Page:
Striking research showing the immense complexity of ordinary thought and revealing the identities of the gatekeepers in our minds.

Pub Date: Nov. 1, 2011

ISBN: 978-0-374-27563-1

Page Count: 512

Publisher: Farrar, Straus and Giroux

Review Posted Online: Sept. 4, 2011

Kirkus Reviews Issue: Sept. 15, 2011

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A deftly argued case for a new kind of socialism that, while sure to inspire controversy, bears widespread discussion.


A massive investigation of economic history in the service of proposing a political order to overcome inequality.

Readers who like their political manifestoes in manageable sizes, à la Common Sense or The Communist Manifesto, may be overwhelmed by the latest from famed French economist Piketty (Top Incomes in France in the Twentieth Century: Inequality and Redistribution, 1901-1998, 2014, etc.), but it’s a significant work. The author interrogates the principal forms of economic organization over time, from slavery to “non-European trifunctional societies,” Chinese-style communism, and “hypercapitalist” orders, in order to examine relative levels of inequality and its evolution. Each system is founded on an ideology, and “every ideology, no matter how extreme it may seem in its defense of inequality, expresses a certain idea of social justice.” In the present era, at least in the U.S., that idea of social justice would seem to be only that the big ones eat the little ones, the principal justification being that the wealthiest people became rich because they are “the most enterprising, deserving, and useful.” In fact, as Piketty demonstrates, there’s more to inequality than the mere “size of the income gap.” Contrary to hypercapitalist ideology and its defenders, the playing field is not level, the market is not self-regulating, and access is not evenly distributed. Against this, Piketty arrives at a proposed system that, among other things, would redistribute wealth across societies by heavy taxation, especially of inheritances, to create a “participatory socialism” in which power is widely shared and trade across nations is truly free. The word “socialism,” he allows, is a kind of Pandora’s box that can scare people off—and, he further acknowledges, “the Russian and Czech oligarchs who buy athletic teams and newspapers may not be the most savory characters, but the Soviet system was a nightmare and had to go.” Yet so, too, writes the author, is a capitalism that rewards so few at the expense of so many.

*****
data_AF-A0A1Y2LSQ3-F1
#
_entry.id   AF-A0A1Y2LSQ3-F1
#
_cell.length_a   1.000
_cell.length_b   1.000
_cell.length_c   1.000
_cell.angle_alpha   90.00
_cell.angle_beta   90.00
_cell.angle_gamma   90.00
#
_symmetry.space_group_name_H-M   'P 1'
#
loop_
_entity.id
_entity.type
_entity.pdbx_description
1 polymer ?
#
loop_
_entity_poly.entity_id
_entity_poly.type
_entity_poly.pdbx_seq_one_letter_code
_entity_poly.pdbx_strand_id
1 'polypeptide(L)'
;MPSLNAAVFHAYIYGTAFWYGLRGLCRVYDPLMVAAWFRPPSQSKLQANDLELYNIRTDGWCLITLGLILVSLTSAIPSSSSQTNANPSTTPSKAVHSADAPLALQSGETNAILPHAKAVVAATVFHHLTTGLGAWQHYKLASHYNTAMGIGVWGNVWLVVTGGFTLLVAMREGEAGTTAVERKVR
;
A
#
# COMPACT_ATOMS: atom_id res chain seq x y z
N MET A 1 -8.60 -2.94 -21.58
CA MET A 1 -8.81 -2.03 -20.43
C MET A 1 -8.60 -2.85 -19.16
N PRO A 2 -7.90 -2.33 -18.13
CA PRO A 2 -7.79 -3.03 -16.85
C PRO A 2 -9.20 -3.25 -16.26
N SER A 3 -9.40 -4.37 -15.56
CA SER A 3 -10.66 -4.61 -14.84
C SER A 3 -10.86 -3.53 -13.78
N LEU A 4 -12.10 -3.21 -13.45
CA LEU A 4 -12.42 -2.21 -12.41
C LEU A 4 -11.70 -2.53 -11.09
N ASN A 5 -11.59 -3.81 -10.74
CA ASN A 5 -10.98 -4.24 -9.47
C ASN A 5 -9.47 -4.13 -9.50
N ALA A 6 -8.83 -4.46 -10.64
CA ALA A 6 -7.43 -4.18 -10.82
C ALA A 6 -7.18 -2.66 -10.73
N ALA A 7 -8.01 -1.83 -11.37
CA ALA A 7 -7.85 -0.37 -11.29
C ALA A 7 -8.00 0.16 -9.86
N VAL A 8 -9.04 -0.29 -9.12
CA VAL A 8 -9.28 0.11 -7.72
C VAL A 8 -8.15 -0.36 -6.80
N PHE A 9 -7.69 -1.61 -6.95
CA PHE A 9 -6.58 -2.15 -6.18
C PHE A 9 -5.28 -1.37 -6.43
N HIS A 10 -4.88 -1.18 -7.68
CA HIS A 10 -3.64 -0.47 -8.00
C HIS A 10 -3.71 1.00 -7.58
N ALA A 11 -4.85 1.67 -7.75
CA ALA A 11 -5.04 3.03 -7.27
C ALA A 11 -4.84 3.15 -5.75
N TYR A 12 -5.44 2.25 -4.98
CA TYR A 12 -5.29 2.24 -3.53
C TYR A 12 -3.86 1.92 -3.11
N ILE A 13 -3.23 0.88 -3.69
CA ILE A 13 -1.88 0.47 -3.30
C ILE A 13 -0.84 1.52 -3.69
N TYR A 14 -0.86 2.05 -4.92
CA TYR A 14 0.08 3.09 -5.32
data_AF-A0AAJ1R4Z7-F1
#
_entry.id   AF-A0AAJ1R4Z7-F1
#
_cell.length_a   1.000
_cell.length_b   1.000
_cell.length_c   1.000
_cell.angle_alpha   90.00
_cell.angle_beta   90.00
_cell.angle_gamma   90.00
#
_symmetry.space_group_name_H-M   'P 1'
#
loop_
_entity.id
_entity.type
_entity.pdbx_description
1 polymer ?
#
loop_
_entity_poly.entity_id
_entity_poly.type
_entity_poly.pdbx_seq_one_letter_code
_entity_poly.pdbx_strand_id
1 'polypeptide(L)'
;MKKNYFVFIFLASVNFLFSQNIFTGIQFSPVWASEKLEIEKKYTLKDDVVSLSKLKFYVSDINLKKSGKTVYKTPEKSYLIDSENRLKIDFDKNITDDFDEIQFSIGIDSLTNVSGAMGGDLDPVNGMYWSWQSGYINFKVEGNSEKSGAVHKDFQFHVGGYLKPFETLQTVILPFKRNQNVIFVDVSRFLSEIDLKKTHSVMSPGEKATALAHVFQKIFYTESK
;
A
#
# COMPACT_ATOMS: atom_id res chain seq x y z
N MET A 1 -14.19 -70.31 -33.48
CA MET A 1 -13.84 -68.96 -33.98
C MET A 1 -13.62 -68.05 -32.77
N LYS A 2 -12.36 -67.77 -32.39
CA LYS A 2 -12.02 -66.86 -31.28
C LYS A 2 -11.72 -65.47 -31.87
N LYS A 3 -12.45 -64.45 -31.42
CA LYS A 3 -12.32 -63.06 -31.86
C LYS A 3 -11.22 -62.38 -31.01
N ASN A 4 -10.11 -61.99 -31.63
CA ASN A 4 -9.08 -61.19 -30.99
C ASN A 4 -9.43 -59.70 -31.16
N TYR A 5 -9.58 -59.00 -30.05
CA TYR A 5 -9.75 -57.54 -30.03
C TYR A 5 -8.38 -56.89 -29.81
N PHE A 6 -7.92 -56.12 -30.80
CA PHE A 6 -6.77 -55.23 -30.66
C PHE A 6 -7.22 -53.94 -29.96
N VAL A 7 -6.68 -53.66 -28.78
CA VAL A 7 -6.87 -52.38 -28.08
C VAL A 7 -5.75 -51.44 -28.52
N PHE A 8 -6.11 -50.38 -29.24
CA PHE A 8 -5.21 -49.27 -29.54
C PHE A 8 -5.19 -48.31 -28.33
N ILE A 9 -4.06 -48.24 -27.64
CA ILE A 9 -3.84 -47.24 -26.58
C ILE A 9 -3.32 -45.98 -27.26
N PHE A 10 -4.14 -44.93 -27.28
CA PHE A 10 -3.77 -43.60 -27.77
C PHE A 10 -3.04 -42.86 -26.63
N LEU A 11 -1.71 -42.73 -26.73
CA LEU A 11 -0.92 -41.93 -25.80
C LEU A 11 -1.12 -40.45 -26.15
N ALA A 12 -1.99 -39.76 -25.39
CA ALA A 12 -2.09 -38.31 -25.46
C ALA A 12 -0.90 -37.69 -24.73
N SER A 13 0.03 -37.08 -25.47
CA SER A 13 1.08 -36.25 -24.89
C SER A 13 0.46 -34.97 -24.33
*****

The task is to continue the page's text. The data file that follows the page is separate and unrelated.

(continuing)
A deftly argued case for a new kind of socialism that, while sure to inspire controversy, bears widespread discussion.

Pub Date: March 10, 2020

ISBN: 978-0-674-98082-2

Page Count: 976

Publisher: Belknap/Harvard Univ.

Review Posted Online: Dec. 22, 2019

Kirkus Reviews Issue: Jan. 15, 2020